[Paleopsych] BBC: Wormhole 'no use' for time travel

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Sat May 28 19:36:37 UTC 2005

Wormhole 'no use' for time travel

  By Paul Rincon
  BBC News science reporter

  For budding time travellers, the future (or should that be the past?) is
  starting to look bleak.

  Hypothetical tunnels called wormholes once looked like the best bet for
  constructing a real time machine.

  These cosmic shortcuts, which link one point in the Universe to another, are
  favoured by science fiction writers as a means both of explaining time
  travel and of circumventing the limitations imposed by the speed of light.

  The concept of wormholes will be familiar to anyone who has watched the TV
  programmes Farscape, Stargate SG1 and Star Trek: Deep Space Nine.

  The opening sequence of the BBC's new Doctor Who series shows the Tardis
  hurtling through a "vortex" that suspiciously resembles a wormhole -
  although the Doctor's preferred method of travel is not explained in detail.

  But the idea of building these so-called traversable wormholes is looking
  increasingly shaky, according to two new scientific analyses.

  Remote connection

  A common analogy used to visualise these phenomena involves marking two
  holes at opposite ends of a sheet of paper, to represent distant points in
  the Universe. One can then bend the paper over so that the two remote points
  are positioned on top of each other.

[The wormholes] you would like to build - the predictable ones where
you can say Mr Spock will land in New York at 2pm on this day - those
look like they will fall apart
Stephen Hsu, University of Oregon
If it were possible to contort space-time in this way, a person might
step through a wormhole and emerge at a remote time or distant

The person would pass through a region of the wormhole called the
throat, which flares out on either side.

According to one idea, a wormhole could be kept open by filling its
throat, or the region around it, with an ingredient called exotic

This is strange stuff indeed, and explaining it requires scientists
to look beyond the laws of classical physics to the world of quantum

Exotic matter is repelled, rather than attracted, by gravity and is
said to have negative energy - meaning it has even less than empty

Law breaker

But according to a new study by Stephen Hsu and Roman Buniy, of the
University of Oregon, US, this method of building a traversable
wormhole may be fatally flawed. In a paper published on the arXiv
pre-print server, the authors looked at a kind of wormhole in which
the space-time "tube" shows only weak deviations from the laws of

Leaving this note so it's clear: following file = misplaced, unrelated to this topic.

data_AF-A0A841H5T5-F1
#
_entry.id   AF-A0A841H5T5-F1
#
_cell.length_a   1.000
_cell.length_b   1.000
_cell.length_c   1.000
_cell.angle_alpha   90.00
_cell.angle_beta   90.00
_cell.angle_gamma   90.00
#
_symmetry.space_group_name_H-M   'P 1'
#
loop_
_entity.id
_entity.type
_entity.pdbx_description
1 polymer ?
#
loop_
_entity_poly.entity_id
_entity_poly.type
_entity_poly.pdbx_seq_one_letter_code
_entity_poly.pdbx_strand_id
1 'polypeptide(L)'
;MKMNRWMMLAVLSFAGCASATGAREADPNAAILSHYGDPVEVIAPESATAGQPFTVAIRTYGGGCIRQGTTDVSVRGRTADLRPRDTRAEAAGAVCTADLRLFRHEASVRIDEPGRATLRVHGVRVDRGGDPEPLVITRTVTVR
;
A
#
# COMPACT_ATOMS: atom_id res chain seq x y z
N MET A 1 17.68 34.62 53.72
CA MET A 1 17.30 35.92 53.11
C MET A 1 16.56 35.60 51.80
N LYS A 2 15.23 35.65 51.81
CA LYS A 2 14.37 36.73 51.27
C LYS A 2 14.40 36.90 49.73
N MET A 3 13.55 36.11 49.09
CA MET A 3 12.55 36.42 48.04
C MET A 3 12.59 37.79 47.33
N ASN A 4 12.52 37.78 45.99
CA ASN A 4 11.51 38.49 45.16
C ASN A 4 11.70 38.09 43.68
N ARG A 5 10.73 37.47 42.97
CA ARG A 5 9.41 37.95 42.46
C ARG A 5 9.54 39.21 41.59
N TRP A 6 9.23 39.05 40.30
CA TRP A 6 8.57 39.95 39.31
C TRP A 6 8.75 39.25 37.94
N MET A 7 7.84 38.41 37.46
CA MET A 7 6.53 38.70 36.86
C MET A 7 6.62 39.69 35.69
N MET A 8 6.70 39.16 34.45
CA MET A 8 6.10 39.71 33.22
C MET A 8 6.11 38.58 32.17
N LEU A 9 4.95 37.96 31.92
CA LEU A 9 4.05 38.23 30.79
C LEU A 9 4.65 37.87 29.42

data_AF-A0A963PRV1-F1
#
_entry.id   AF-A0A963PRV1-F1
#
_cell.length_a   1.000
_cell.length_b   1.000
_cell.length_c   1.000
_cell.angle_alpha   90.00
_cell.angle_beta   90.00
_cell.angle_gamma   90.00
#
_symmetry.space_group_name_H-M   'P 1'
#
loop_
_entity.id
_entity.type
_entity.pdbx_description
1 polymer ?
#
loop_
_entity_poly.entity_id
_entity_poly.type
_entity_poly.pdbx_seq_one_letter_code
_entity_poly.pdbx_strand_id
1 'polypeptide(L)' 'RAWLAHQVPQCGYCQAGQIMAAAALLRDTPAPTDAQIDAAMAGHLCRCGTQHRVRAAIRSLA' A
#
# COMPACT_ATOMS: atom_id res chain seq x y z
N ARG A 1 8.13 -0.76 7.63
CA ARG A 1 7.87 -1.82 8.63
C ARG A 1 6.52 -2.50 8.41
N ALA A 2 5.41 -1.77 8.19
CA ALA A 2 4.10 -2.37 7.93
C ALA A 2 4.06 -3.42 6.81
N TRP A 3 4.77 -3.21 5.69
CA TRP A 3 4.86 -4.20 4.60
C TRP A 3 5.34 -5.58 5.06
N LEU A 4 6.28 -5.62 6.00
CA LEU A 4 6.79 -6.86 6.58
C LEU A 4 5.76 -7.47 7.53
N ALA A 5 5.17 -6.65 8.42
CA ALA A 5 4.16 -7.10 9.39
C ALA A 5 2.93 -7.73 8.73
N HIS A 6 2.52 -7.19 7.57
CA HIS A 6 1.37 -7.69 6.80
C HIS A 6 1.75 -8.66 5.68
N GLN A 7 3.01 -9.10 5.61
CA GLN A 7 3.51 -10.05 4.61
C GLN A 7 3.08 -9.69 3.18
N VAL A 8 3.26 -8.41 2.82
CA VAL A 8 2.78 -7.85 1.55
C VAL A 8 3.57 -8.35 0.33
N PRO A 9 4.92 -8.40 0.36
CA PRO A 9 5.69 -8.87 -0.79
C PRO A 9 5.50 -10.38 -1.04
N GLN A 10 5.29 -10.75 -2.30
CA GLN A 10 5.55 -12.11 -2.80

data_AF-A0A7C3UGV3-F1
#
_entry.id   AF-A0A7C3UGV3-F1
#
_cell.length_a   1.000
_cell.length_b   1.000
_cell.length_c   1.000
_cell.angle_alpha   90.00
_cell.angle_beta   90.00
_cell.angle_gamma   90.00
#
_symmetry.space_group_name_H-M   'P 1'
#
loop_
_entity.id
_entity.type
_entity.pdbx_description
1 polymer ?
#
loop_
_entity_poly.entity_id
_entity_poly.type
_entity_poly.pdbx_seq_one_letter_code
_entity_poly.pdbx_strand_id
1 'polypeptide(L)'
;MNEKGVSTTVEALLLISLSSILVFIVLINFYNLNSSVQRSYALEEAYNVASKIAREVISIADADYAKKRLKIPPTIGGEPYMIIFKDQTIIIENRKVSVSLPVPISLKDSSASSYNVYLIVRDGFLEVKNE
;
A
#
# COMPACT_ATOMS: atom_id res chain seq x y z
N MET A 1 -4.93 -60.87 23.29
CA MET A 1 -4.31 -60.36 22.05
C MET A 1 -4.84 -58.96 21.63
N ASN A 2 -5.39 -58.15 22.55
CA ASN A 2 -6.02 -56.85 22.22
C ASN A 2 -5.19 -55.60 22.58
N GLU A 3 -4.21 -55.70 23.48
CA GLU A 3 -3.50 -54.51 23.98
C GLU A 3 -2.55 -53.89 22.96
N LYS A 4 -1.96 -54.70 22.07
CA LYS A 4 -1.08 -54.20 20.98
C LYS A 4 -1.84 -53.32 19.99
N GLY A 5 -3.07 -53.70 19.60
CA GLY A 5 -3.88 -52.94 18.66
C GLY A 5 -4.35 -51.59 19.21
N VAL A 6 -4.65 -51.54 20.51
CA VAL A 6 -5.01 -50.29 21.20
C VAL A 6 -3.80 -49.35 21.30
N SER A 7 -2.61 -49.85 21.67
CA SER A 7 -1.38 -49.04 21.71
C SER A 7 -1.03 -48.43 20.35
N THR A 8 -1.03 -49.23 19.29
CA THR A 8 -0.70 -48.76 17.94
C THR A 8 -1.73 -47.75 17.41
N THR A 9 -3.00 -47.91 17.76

classical physics.

These "semi-classical" wormholes are the most desirable type for time
travel because they potentially allow travellers to predict where and
when they would emerge.

Wormholes entirely governed by the laws of quantum mechanics, on the
other hand, would likely transport their payloads to an undesired
time and place.

Calculations by the Oregon researchers show a wormhole that combines
exotic matter with semi-classical space-time would be fundamentally

This result relies in part on a previous paper in which Hsu and Buniy
argued that systems which violate a physical principle known as the
null energy condition become unstable.

"We aren't saying you can't build a wormhole. But the ones you would
like to build - the predictable ones where you can say Mr Spock will
land in New York at 2pm on this day - those look like they will fall
apart," Dr Hsu said.

Tight squeeze

A separate study by Chris Fewster, of the University of York, UK, and
Thomas Roman, of Central Connecticut State University, US, takes a
different approach to tackling the question of wormholes.

Amongst other things, their analysis deals with the proposal that
wormhole throats could be kept open using arbitrarily small amounts
of exotic matter.

Fewster and Roman calculated that, even if it were possible to build
such a wormhole, its throat would probably be too small for time

It might - in theory - be possible to carefully fine-tune the
geometry of the wormhole so that the wormhole throat became big
enough for a person to fit through, says Fewster.

But building a wormhole with a throat radius big enough to just fit a
proton would require fine-tuning to within one part in 10 to the
power of 30. A human-sized wormhole would require fine-tuning to
within one part in 10 to the power of 60.

"Frankly no engineer is going to be able to do that," said the York

The authors are currently preparing a manuscript for publication.

Supporting view

However, there is still support for the idea of traversable wormholes
in the scientific community. One physicist told BBC News they could
see problems with Hsu's and Buniy's conclusions.

"Violations of the null energy condition are known to occur in a
number of situations. And their argument would prohibit any violation
of it," they commented.

"If that's true, then don't worry about Hawking radiation from a
black hole; the entire black hole vacuum becomes unstable."

The underlying physics was not in doubt, the researcher argued. The
real challenge was in explaining how to engineer wormholes big enough
to be of practical use.

Cambridge astrophysicist Stephen Hawking is amongst those researchers
who have pondered the question of wormholes.

In the 1980s, he argued that something fundamental in the laws of
physics would prevent wormholes being used for time travel. This idea
forms the basis of Hawking's Chronology Protection Conjecture.

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